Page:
23. Colin Robertson June 30, 2014 at 12:33 pm -

    Sandra,

    A right of rescission applies to non-purchase loans and the mortgage itself.

  24. George July 21, 2014 at 1:48 am -

    Colin,

    I had a cash-out refinance on my residence from another lender. I received a letter and a check of 22000 dollars from the new lender which says

    :”The truth in Lending Act requires that we notify a borrower at least three business days before a mortgage loan closing if a borrower’s Annual Percentage Rate increases during the application process. We recently discovered that a revised Truth in Lending Disclosure was provided to you at closing, but was not sent to you three days in advance of closing. The increase in the APR resulted in additional Finance Charges to your account.
    To address this error, we are refunding the Finance Charges that you previously paid in excess of the amount disclosed to you in the last Truth in Lending Disclosure that you received prior to closing. We have enclosed a check with this letter in the amount of 22000. This check includes the amount of excess Finance Charges you previously paid as well as the amount projected through the life of your loan.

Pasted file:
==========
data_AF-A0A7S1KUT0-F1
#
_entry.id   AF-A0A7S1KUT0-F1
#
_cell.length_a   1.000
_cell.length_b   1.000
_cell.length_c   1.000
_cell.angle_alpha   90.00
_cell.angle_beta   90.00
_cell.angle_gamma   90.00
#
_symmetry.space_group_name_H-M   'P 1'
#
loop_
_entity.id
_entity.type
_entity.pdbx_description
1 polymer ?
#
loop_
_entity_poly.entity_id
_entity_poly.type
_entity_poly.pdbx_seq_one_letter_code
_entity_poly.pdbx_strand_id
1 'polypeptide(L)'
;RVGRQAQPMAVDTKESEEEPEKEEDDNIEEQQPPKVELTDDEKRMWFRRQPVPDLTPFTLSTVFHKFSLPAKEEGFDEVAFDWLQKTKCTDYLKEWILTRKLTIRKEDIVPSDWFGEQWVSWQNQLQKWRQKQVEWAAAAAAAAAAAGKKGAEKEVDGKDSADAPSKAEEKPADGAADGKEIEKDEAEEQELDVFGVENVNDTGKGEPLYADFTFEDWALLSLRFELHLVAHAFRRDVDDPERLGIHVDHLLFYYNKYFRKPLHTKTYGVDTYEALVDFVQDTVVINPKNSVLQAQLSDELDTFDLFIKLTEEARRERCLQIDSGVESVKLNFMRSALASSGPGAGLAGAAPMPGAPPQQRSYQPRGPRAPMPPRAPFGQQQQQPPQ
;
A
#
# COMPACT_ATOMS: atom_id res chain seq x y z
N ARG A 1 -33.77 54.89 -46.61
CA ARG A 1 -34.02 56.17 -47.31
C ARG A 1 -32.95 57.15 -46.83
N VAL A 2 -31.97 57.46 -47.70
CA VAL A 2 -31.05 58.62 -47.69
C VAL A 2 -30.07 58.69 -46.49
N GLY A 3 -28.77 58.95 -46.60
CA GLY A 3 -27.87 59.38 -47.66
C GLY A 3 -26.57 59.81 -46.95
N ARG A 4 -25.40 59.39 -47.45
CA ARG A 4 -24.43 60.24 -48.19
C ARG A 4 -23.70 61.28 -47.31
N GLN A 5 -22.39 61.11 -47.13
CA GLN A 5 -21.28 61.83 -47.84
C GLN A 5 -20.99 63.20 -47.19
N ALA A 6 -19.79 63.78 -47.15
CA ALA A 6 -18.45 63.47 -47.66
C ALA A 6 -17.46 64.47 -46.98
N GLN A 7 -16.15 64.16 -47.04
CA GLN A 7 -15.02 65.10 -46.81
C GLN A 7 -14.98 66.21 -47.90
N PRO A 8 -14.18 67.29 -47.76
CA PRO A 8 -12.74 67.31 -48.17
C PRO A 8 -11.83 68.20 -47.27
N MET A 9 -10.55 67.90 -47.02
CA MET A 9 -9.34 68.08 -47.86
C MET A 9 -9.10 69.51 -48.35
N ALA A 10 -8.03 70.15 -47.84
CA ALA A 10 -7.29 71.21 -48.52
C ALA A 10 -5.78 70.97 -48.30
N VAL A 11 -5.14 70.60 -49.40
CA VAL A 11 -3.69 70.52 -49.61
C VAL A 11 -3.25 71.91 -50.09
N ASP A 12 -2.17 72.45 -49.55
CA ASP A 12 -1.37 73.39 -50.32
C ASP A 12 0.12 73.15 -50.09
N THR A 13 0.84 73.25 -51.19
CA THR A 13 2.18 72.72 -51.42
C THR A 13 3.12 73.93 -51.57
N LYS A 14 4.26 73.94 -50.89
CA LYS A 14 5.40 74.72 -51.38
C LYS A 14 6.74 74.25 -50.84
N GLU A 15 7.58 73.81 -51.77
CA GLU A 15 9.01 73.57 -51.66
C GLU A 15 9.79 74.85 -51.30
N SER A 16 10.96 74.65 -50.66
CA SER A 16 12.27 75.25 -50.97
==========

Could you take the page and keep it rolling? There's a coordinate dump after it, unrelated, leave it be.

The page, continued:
Then I received FORM 1099-Misc which included 21000 under other income.(I am on salary and have no other income)
    So when I filed my taxes I included this as Income and had to pay very high taxes on it.
    Is this considered income?
    Did I have to pay Taxes on this amount?
    Is there a way not to pay taxes on this amount or spread it out?

    Thanks for your response

  25. Colin Robertson July 21, 2014 at 8:53 am -

    George,

    It sounds like you need to speak with your CPA or tax specialist to sort out this issue because taxes could be pretty significant on that amount. They should be able to advise you. Sorry I can’t be of assistance.

  26. George July 21, 2014 at 7:18 pm -

    Thanks for responding to my inquiry.

    Your comments on this site is very informative and helpful. I read all the questions and your answers everytime I have questions about real estate and finance.

    I wish I did some research and found this site before I refinance, I would have done things differently.

    I will recommend your site and your knowledgeable comments and advice.

    thanks again for your time.

  27. Colin Robertson July 21, 2014 at 7:46 pm -

    Thanks for the kind words George, and sorry I can’t be of any help on this specific matter. If you have time, let us know what the issue was so others can avoid similar missteps in the future. Good luck!

Leave A Response